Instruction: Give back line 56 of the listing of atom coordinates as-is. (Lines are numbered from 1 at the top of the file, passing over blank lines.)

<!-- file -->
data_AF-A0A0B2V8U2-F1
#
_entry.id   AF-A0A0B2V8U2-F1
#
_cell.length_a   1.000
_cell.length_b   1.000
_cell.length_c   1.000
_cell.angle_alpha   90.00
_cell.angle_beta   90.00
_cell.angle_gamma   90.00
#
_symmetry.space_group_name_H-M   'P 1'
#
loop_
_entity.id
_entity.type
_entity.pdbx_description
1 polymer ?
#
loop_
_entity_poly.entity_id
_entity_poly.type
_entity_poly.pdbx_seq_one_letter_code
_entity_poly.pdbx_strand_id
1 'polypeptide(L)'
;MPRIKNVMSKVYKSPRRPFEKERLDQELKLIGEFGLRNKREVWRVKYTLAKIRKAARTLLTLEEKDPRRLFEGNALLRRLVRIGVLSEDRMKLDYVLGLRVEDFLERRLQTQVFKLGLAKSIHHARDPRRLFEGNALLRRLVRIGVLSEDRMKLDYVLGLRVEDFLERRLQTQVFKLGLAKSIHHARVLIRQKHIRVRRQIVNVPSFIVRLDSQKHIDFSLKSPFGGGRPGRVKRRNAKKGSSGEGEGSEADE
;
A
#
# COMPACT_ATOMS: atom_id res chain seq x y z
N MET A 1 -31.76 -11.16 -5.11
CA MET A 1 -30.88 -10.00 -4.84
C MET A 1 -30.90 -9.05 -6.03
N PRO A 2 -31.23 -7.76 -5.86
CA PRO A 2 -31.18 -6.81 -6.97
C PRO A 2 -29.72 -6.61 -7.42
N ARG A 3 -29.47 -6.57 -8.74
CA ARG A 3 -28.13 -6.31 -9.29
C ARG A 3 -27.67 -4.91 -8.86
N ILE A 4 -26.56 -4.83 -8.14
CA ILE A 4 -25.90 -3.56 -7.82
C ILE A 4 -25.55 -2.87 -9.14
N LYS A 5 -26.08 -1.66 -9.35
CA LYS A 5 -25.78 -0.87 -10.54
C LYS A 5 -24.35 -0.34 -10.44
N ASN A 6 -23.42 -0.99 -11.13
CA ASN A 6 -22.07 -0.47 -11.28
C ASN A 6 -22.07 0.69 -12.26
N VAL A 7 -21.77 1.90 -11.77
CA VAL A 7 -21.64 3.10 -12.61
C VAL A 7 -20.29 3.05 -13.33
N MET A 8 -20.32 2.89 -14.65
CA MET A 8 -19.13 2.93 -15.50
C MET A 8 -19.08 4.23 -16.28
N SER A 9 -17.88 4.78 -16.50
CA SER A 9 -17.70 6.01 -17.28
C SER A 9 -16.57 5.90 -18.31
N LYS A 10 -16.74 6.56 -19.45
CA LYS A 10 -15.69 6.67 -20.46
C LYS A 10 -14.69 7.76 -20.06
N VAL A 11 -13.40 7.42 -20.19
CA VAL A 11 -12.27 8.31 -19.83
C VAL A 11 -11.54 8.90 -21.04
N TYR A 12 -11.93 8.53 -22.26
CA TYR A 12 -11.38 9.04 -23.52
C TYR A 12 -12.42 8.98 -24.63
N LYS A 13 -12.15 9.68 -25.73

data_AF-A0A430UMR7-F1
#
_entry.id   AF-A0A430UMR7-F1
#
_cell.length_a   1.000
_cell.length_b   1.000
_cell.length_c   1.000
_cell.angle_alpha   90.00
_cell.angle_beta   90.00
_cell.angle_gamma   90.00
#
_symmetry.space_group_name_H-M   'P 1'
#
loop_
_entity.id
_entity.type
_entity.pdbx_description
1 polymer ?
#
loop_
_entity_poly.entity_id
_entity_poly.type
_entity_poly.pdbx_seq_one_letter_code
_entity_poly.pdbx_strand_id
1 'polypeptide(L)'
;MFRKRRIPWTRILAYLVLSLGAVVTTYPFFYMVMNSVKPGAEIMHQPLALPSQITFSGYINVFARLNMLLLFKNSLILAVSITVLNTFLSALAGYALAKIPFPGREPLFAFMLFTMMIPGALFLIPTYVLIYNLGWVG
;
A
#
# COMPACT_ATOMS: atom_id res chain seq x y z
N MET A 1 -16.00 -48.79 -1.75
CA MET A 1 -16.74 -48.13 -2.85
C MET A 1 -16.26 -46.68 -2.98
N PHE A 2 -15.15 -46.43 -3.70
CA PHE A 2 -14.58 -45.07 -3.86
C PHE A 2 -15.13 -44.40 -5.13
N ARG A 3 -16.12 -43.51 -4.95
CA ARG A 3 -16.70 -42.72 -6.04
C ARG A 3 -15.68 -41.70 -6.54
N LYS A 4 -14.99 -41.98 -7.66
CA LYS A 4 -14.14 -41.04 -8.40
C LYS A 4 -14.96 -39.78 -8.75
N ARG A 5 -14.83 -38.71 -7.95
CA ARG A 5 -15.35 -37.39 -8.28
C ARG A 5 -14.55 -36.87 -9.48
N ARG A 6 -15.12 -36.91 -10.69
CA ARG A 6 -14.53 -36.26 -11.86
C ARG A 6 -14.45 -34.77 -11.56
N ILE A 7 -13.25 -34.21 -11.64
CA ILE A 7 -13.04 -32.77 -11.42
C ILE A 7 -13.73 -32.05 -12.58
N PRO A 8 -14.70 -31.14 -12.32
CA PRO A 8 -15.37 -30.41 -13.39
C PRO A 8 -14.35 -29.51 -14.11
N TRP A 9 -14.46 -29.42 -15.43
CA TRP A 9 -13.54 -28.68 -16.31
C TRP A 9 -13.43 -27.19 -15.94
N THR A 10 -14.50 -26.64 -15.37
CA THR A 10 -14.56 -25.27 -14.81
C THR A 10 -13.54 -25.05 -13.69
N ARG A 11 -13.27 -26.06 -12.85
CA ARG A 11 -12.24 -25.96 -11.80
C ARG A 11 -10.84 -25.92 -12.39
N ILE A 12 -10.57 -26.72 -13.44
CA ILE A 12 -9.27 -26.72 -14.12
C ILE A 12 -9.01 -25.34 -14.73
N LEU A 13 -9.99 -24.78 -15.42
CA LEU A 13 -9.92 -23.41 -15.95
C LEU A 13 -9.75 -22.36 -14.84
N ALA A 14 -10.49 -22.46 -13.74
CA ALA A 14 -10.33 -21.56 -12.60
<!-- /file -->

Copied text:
CA SER A 9 -17.70 6.01 -17.28